You’ve been looking for love your whole life, and it’s finally happened. The real deal. The man of your dreams is in your life at last, and it’s an earth-shattering type of love you’ve never experienced before. When he asked you to marry him, to couldn’t wait to say yes. You want nothing more than to be together forever.
There’s just one problem: he lives 5,000 miles away in England. You want to bring him to the U.S. to get married and start your lives together. However, due to some stupid mistakes he made when he was younger, that’s proving to be difficult. A couple of drunken pub fights landed him assault charges in his early twenties. Although he’s since matured and paid his debt to society, U.S. immigration authorities have barred him from entering the U.S. If moving to England isn’t in the cards for you, what options do you have?
Being deemed inadmissible
U.S. immigration laws are very strict when it comes to people with criminal records. For instance, most minor crimes involving drug possession result in automatic inadmissibility. In addition, being charged with trafficking controlled substances—even if you were not convicted—can get you banned from entering the U.S. However, other offenses have a bit more leeway.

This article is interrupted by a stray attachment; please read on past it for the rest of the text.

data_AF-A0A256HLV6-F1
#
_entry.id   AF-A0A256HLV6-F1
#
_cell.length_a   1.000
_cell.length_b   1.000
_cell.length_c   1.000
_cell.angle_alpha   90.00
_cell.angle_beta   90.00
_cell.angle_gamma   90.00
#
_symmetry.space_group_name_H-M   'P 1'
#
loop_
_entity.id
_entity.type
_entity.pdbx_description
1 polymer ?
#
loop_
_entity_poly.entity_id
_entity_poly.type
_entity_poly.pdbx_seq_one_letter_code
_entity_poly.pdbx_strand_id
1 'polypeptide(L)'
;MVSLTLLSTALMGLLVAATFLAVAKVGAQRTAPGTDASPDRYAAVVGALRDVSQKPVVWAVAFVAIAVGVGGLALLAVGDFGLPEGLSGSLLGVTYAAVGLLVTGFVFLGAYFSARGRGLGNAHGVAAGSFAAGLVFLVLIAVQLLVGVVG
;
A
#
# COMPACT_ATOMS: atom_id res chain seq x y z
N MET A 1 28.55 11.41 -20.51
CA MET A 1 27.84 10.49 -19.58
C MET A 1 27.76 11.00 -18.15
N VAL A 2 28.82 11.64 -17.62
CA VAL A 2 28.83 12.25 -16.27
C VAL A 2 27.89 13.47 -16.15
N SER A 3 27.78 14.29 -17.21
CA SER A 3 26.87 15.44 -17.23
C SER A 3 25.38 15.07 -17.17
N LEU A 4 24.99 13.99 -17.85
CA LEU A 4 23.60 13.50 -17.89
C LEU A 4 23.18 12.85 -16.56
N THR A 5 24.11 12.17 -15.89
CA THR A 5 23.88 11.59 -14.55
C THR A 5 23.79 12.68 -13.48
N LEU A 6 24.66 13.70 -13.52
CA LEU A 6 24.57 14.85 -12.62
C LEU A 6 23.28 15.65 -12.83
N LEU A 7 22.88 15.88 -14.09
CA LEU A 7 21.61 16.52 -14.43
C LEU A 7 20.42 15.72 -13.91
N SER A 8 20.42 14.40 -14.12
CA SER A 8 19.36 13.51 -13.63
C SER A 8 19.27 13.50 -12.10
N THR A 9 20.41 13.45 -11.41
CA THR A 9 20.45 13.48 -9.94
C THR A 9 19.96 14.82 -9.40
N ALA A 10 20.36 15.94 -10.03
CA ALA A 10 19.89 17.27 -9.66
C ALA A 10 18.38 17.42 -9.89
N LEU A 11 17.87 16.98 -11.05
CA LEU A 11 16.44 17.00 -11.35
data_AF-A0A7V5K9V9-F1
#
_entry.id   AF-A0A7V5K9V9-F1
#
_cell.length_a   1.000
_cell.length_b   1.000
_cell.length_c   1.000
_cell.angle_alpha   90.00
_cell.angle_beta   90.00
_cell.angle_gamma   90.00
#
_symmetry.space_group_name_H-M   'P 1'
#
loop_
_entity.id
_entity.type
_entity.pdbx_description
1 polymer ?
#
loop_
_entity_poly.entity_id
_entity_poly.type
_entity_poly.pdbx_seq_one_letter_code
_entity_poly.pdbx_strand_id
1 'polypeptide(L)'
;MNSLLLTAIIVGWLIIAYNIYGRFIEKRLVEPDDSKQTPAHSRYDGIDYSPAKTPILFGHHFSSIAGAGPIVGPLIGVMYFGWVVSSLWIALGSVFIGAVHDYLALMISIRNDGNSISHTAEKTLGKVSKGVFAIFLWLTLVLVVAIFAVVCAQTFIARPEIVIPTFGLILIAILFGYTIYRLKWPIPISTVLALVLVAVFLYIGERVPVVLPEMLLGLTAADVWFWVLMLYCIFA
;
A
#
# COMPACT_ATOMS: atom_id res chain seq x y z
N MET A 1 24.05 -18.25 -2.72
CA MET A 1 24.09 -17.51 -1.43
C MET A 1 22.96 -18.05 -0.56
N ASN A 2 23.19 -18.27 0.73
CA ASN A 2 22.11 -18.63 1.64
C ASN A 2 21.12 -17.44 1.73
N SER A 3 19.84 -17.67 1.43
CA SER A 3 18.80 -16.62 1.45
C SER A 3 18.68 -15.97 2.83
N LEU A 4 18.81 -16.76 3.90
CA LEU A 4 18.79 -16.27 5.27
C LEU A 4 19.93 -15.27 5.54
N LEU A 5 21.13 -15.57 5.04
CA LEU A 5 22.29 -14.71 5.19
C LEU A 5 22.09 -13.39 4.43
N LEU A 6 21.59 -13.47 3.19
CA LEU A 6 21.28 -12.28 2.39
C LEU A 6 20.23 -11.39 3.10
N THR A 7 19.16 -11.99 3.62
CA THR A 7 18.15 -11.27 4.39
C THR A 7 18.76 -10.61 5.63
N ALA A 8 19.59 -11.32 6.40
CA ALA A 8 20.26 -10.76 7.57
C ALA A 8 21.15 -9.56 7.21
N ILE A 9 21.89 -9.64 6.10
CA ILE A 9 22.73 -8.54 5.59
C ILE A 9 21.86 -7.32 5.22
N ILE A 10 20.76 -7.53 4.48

Becoming an exception to the rule
Applicants who believe they have extenuating circumstances which should earn them admission to the U.S. can file a waiver. Applicants seeking to enter the country for the purpose of getting married should file USCIS Form I-601, Application for Waiver of Grounds of Inadmissibility—which is used for applicants seeking to enter the country as immigrants. (To submit a waiver as a non-immigrant, file form I-192.)
The likelihood of your waiver being denied is higher when you have a criminal record. Therefore, to improve your chances of being accepted, it’s important that your application demonstrate mitigating factors to counter your criminal charges. For instance, if you were arrested for assault but can show that you successfully completed a rehabilitation program, this evidence can serve as a mitigating factor and can work to your advantage.
The USCIS’s decision to accept or deny a Waiver of Grounds of Inadmissibility is extremely subjective. For the highest chance of acceptance, it is strongly advisable to employ an immigration attorney with deep experience in the waiver process to help you craft a strong case in your application.